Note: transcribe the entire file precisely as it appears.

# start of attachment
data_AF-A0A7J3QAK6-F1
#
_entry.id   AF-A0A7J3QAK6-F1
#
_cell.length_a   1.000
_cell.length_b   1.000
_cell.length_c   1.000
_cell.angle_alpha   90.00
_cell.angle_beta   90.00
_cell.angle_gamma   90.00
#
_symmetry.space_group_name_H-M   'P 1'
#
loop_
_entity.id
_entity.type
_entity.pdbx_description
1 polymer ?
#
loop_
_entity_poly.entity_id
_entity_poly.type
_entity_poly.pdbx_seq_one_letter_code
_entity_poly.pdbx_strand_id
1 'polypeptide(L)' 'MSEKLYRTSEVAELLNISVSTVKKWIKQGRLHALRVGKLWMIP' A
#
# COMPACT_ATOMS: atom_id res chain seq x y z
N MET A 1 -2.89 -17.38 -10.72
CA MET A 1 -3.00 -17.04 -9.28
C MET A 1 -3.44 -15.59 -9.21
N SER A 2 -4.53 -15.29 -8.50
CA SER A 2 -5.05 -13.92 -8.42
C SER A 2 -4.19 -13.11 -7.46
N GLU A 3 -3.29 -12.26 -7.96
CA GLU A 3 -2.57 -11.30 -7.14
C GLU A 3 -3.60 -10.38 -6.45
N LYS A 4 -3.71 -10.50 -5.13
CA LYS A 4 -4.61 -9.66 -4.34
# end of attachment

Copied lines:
data_AF-A0A7J3QAK6-F1
#
_entry.id   AF-A0A7J3QAK6-F1
#
_cell.length_a   1.000
_cell.length_b   1.000
_cell.length_c   1.000
_cell.angle_alpha   90.00
_cell.angle_beta   90.00
_cell.angle_gamma   90.00
#
_symmetry.space_group_name_H-M   'P 1'
#
loop_
_entity.id
_entity.type
_entity.pdbx_description
1 polymer ?
#
loop_
_entity_poly.entity_id
_entity_poly.type
_entity_poly.pdbx_seq_one_letter_code
_entity_poly.pdbx_strand_id
1 'polypeptide(L)' 'MSEKLYRTSEVAELLNISVSTVKKWIKQGRLHALRVGKLWMIP' A
#
# COMPACT_ATOMS: atom_id res chain seq x y z
N MET A 1 -2.89 -17.38 -10.72
CA MET A 1 -3.00 -17.04 -9.28
C MET A 1 -3.44 -15.59 -9.21
N SER A 2 -4.53 -15.29 -8.50
CA SER A 2 -5.05 -13.92 -8.42
C SER A 2 -4.19 -13.11 -7.46
N GLU A 3 -3.29 -12.26 -7.96
CA GLU A 3 -2.57 -11.30 -7.14
C GLU A 3 -3.60 -10.38 -6.45
N LYS A 4 -3.71 -10.50 -5.13
CA LYS A 4 -4.61 -9.66 -4.34